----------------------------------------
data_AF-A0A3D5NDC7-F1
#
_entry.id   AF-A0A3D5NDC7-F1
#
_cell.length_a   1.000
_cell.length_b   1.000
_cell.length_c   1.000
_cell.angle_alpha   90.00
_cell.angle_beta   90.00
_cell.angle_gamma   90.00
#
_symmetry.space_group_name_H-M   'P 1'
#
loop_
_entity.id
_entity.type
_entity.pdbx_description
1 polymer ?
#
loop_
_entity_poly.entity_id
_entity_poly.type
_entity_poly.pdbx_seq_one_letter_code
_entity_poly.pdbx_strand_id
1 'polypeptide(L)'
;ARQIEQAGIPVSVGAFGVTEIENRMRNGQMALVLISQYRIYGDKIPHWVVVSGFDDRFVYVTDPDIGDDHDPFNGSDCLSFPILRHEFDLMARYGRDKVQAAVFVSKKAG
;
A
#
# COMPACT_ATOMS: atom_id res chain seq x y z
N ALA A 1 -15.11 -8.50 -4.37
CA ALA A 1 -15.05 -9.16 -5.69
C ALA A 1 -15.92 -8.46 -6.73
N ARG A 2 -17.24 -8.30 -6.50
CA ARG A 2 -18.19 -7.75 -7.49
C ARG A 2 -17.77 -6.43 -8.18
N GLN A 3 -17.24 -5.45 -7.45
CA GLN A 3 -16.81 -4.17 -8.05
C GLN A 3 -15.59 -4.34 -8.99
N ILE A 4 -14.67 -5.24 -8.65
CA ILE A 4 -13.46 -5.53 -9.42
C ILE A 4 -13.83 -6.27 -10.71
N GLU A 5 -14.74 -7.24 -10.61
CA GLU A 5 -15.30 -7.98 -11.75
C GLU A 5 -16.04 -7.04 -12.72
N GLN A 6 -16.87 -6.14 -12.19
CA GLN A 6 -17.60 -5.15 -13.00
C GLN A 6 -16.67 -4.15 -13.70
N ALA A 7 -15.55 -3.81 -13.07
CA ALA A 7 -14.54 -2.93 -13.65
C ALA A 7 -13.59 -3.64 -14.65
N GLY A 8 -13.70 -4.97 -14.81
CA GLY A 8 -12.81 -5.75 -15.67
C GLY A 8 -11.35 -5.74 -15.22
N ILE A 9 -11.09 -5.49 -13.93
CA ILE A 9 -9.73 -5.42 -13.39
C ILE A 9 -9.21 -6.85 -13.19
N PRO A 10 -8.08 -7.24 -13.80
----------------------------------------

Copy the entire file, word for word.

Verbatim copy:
data_AF-A0A3D5NDC7-F1
#
_entry.id   AF-A0A3D5NDC7-F1
#
_cell.length_a   1.000
_cell.length_b   1.000
_cell.length_c   1.000
_cell.angle_alpha   90.00
_cell.angle_beta   90.00
_cell.angle_gamma   90.00
#
_symmetry.space_group_name_H-M   'P 1'
#
loop_
_entity.id
_entity.type
_entity.pdbx_description
1 polymer ?
#
loop_
_entity_poly.entity_id
_entity_poly.type
_entity_poly.pdbx_seq_one_letter_code
_entity_poly.pdbx_strand_id
1 'polypeptide(L)'
;ARQIEQAGIPVSVGAFGVTEIENRMRNGQMALVLISQYRIYGDKIPHWVVVSGFDDRFVYVTDPDIGDDHDPFNGSDCLSFPILRHEFDLMARYGRDKVQAAVFVSKKAG
;
A
#
# COMPACT_ATOMS: atom_id res chain seq x y z
N ALA A 1 -15.11 -8.50 -4.37
CA ALA A 1 -15.05 -9.16 -5.69
C ALA A 1 -15.92 -8.46 -6.73
N ARG A 2 -17.24 -8.30 -6.50
CA ARG A 2 -18.19 -7.75 -7.49
C ARG A 2 -17.77 -6.43 -8.18
N GLN A 3 -17.24 -5.45 -7.45
CA GLN A 3 -16.81 -4.17 -8.05
C GLN A 3 -15.59 -4.34 -8.99
N ILE A 4 -14.67 -5.24 -8.65
CA ILE A 4 -13.46 -5.53 -9.42
C ILE A 4 -13.83 -6.27 -10.71
N GLU A 5 -14.74 -7.24 -10.61
CA GLU A 5 -15.30 -7.98 -11.75
C GLU A 5 -16.04 -7.04 -12.72
N GLN A 6 -16.87 -6.14 -12.19
CA GLN A 6 -17.60 -5.15 -13.00
C GLN A 6 -16.67 -4.15 -13.70
N ALA A 7 -15.55 -3.81 -13.07
CA ALA A 7 -14.54 -2.93 -13.65
C ALA A 7 -13.59 -3.64 -14.65
N GLY A 8 -13.70 -4.97 -14.81
CA GLY A 8 -12.81 -5.75 -15.67
C GLY A 8 -11.35 -5.74 -15.22
N ILE A 9 -11.09 -5.49 -13.93
CA ILE A 9 -9.73 -5.42 -13.39
C ILE A 9 -9.21 -6.85 -13.19
N PRO A 10 -8.08 -7.24 -13.80